Mar 31, 2020 - Economy & Business

McClatchy puts coronavirus paywalls back up

The offices of the Sacramento Bee, a McClatchy newspaper. Photo: Justin Sullivan/Getty Images

McClatchy will put its paywall back up around some coronavirus news as it aims to balance its duty keep people informed with its need to bolster subscriptions, executives tell Axios.

Why it matters: The company is trying to be strategic about how much they allow to be free. While it's important that some information remains free, like breaking news that could impact the health and safety of their readers, they don't want that free information to cannibalize a surge in subscription interest.

  • "With a lower paywall we're missing opportunities to convert drive-by readers into subscribers," says McClatchy's Vice President of News Kristin Roberts.
  • As the story begins its slow shift from breaking news and utility journalism, Roberts says McClatchy's paywall strategy will change.
  • Decisions over which articles to put in front of the paywall will be made locally by editors at each of its 30 local publications nationwide.

By the numbers: In a memo to staff, Roberts says that while subscriptions are rising, "the money we get every time someone reads or watches an individual story (“programmatic” revenue) is declining, rapidly -- that per-view rate of revenue has dropped more than 15% in a single week."

  • In total, the company has gained 10,200 new subscriptions in March, even with the paywall down. And subscriber pageviews are up 46% in March.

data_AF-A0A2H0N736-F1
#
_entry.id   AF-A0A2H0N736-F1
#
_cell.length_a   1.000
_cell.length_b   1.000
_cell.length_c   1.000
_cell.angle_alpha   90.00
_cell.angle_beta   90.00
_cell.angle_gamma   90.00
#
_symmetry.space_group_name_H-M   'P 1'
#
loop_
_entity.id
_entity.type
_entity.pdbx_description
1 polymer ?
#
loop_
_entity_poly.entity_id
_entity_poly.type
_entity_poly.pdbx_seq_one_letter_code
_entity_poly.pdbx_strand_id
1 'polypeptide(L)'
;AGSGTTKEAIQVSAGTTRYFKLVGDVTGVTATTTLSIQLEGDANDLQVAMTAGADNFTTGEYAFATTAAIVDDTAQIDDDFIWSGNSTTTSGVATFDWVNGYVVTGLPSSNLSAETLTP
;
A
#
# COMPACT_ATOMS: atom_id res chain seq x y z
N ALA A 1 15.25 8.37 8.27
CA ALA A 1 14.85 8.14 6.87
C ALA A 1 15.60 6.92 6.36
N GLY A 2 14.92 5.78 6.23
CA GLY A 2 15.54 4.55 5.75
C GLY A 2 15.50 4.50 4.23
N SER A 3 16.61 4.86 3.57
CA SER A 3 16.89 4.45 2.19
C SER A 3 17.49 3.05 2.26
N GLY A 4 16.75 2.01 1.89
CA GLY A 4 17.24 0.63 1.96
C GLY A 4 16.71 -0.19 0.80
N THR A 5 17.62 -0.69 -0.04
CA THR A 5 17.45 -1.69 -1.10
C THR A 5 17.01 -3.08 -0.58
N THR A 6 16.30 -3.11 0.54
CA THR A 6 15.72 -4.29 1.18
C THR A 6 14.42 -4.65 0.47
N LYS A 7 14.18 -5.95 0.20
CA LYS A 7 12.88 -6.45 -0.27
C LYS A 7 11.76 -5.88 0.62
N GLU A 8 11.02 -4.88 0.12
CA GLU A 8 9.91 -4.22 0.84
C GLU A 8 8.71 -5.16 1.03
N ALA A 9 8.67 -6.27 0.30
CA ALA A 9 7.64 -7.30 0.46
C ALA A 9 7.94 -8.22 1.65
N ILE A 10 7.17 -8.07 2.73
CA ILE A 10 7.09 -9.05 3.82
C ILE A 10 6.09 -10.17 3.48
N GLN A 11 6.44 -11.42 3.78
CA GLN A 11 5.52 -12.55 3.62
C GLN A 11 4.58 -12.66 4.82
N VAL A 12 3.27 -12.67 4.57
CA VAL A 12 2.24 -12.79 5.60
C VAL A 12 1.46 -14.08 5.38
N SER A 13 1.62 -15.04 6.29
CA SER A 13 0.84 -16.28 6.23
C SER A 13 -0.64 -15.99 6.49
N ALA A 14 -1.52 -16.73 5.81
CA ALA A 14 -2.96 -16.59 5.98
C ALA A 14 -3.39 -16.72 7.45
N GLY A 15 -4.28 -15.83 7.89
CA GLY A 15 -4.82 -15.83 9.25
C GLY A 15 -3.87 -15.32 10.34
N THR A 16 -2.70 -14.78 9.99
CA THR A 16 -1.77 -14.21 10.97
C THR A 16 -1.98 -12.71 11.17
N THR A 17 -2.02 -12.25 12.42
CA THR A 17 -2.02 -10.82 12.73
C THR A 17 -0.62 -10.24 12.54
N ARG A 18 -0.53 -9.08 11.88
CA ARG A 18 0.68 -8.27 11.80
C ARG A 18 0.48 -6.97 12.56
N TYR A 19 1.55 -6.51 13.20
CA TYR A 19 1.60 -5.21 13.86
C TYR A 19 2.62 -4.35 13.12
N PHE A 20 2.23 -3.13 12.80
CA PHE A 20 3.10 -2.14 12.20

• "Since our coronavirus coverage began, 13% of views were by people who would have been stopped by the paywall if it had been up. If we converted even a tiny fraction of those people, we would have generated more in subscription revenue than we are earning on the per-pageview (“programmatic”) revenue."

Be smart: McClatchy's news division has experienced consolidation over the past few years, and has been very disciplined about operating expenses. For now, the news division seems stable despite the crises unfolding around it within the news industry and despite the company's recent history filing for bankruptcy.

  • "So much has been done up to this point to set ourselves up to be in a place to not topple over when the first wind blows," says Roberts.
  • Roberts argues that the company's focus on balancing its income between audience (subscriptions) and advertising has been critical in preparing for this moment.

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Heiko Maas. Photo: Michael Kappeler/picture alliance via Getty Images

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